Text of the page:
I’m a father to three children under 5 years old, happily married for almost a decade, and working a white-collar job in Central Pennsylvania while my husband stays home with the kids. We chose surrogacy instead of adoption given the challenges some of our same-sex-partnered friends experienced navigating the world of adoption in our conservative community.
But these are facts. Blogs are supposed to focus on the rest of our lives. Let me try that on and see how it feels.
It was so unexpected for my partner and I to have found each other in a small town, given that most of our ilk coalesce around proper metropolitan areas where acceptance isn’t earned but rather reasonably assumed.
Our relationship developed quickly because it seemed so natural.
It was easier being together than it was being apart, and we each knew that we wanted to become fathers. It wasn’t long after we’d first met that my partner and I agreed that we would one day have children.
We knew it wouldn’t be easy.
Adoption is difficult in our conservative community given that the biological parents have to choose for a gay couple to take their children, at least in the state of Pennsylvania. And the onerous cost and remarkable logistical challenges of surrogacy put the process out of our reach in our early years together.
But we eventually found ourselves fortunate enough to be financially able to consider surrogacy.
We were introduced to an amazing human being who, with the support of her husband and her own children, chose to carry our children for us.
The process took four years in total.
Embryos were created and transferred, there were pregnancies and sonograms during which we would sit with technicians listening for a heartbeat that would never come. A crushing sense of defeat overwhelmed us all, at times.
After two miscarriages, we saw the sonogram of our oldest son, a black and white curled-up puff of a human, printed out on thin, heat-sensitive paper in the doctor’s office, and we held it with soaring joy.
There were two more babies to come.
The fertility clinic transferred embryos, and we facetimed our surrogate often. She sent us baby bump pictures, celebrated milestones while our babies grew, and we came to love her and her family and to add them to our own family tree.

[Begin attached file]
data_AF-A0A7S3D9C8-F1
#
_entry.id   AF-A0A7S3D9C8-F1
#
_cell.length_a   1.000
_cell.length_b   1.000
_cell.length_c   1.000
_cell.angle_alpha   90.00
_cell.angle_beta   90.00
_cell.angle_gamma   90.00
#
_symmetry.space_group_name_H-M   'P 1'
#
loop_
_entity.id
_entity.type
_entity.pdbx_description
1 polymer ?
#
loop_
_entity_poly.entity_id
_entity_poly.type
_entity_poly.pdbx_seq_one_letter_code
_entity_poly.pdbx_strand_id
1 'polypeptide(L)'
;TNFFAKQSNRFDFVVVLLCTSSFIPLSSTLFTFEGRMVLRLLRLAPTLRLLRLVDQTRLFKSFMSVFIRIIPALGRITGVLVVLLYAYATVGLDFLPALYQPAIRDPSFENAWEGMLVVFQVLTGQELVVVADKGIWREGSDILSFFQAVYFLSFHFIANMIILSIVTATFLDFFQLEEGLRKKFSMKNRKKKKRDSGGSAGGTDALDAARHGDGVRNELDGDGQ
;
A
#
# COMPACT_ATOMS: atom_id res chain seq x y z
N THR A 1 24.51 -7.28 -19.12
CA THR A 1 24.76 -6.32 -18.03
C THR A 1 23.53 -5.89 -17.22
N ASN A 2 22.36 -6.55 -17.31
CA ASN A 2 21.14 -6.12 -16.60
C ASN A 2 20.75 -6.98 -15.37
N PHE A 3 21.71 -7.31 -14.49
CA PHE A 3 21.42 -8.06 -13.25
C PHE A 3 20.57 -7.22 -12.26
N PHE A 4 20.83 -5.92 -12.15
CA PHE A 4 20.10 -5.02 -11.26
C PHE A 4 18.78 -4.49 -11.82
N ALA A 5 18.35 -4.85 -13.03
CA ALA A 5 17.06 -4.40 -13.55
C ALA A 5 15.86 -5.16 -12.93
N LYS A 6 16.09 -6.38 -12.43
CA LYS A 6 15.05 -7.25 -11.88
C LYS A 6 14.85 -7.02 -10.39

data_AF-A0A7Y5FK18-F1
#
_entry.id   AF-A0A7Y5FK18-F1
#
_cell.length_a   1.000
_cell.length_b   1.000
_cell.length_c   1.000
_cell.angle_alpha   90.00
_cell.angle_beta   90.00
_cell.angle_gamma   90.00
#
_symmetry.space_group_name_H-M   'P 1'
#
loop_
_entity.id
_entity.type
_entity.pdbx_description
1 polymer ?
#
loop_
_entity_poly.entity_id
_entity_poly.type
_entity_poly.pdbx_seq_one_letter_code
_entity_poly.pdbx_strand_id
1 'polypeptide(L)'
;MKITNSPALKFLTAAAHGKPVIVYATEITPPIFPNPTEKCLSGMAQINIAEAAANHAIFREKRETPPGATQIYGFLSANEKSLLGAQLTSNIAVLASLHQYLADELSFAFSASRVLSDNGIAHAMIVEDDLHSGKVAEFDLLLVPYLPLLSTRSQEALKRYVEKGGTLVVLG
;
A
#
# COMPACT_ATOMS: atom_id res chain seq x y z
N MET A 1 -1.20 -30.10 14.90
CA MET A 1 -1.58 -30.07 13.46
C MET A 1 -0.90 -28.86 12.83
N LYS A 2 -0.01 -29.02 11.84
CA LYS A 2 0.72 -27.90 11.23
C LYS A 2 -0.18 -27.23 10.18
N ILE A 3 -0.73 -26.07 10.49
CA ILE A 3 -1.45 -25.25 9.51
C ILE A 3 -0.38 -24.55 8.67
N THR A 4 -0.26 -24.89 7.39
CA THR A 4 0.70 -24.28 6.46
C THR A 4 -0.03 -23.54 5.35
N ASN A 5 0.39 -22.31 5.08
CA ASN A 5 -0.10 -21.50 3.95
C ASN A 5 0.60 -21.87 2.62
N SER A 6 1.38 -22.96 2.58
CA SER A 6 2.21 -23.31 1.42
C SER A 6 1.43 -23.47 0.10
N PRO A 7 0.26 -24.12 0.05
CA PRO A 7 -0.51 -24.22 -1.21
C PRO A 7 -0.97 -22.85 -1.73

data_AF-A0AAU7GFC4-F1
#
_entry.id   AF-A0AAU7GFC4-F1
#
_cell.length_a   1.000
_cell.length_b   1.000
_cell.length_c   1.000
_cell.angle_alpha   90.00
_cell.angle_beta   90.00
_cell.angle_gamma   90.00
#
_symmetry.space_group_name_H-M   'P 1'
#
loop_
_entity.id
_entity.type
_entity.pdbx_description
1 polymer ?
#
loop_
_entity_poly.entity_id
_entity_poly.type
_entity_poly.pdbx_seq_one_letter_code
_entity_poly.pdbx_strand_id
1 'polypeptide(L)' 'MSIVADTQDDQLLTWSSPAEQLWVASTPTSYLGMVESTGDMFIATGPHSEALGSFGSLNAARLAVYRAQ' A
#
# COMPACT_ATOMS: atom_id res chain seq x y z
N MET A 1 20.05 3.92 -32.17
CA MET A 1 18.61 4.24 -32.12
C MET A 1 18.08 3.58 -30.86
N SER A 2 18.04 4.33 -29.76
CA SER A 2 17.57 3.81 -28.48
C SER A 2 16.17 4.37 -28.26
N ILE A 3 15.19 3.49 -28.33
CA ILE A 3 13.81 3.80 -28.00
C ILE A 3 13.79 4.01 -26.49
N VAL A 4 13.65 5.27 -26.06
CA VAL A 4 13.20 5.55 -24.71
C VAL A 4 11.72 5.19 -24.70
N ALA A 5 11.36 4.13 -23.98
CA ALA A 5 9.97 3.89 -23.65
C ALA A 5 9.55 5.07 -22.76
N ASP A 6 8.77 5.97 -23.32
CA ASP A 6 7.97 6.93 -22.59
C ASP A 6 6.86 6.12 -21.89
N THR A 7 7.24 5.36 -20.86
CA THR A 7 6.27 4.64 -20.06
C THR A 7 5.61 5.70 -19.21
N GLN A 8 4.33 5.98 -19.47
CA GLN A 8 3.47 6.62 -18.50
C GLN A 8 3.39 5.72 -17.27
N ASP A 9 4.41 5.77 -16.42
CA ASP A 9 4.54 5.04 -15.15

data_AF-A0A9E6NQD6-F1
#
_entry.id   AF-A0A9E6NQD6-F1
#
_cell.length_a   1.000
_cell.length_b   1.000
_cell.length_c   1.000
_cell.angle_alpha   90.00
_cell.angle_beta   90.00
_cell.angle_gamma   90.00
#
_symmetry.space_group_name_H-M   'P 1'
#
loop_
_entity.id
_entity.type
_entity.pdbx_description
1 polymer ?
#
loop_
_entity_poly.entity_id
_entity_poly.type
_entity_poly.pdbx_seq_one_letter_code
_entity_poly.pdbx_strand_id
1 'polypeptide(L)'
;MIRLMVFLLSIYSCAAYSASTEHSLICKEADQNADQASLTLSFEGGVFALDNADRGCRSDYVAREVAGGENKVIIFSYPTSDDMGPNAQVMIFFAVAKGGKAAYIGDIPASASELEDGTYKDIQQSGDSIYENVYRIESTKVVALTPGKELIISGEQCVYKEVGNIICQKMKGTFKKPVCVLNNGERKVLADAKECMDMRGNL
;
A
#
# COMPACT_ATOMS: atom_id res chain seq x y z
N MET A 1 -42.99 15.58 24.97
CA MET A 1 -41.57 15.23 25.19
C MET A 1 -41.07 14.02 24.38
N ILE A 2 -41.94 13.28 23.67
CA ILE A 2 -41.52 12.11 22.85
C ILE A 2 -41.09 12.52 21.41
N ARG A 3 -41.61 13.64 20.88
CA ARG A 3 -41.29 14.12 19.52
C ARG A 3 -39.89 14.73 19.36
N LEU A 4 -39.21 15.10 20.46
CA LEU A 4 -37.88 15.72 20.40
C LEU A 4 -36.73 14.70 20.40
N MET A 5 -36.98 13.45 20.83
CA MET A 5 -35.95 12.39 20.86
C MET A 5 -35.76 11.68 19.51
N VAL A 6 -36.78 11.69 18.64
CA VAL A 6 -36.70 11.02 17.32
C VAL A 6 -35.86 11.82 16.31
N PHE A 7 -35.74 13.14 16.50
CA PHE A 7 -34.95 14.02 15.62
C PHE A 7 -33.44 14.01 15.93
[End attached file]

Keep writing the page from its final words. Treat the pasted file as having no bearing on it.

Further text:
I kept a tally of the bills, not that that matters now, but we spent much of the cost of our childrens’ presumptive four-year college education just to have the opportunity to meet each of them.
And before we even wrote the first check or interviewed the first attorney or doctor or fertilization specialist, well before any of that, we asked each other, my husband and I, if this was the right thing to do.
The LGBTQ+ community would likely smack me around for asking, but when you’re having a baby in such a deliberate way (gay couples don’t have ‘accidental’ pregnancies, obviously), when you’re bringing another human being into the world, doesn’t it warrant a few questions about whether or not your living situation is healthy for children?
I was surprised.
I might have my gay card revoked for even considering the question, but once we understood that the stability of the two-parent household was more important than the gender of the caregivers, then the most difficult parenting question became “who will be ‘papa’ and who will be ‘daddy’.”
For all of this, for the sleepless nights and the prioritizing and juggling and schedule shifting and arguments and under-eye-baggage, there are rewards beyond our expectations:
We tell our 2-year-old we want a hug, but he still thinks that means we need a kiss, he stumbles toward us and nearly falls on the floor, smiling to oblige.
Our 4-year old tells me that he doesn’t want me to leave for work because he loves me too much, he falls face-first into a clumsy-limbed hug with reckless abandon. And at least twice each night he climbs down from his bunk bed solely to ask his papa for another tuck-in; my heart melts and I oblige.
There is the smudge of chocolate on the wall that might be poop but is probably chocolate, though we just won’t take our chances to find out, and our oldest willingly takes the risk before we can stop him. (It was chocolate, thank God.)
There is the nighttime routine cleaning teeth, and reading books, and finding the stuffed Hammerhead shark and the worn and stinky blankets to keep the kids calm and in bed until morning.
They need us for so much, and the ache of how much we needed them is pure and consequential.
Alex Rodgers is a contributing writer for Central Penn Parent operating under a pen name. Central Penn Parent’s editors know the writer and have agreed to keep his name anonymous.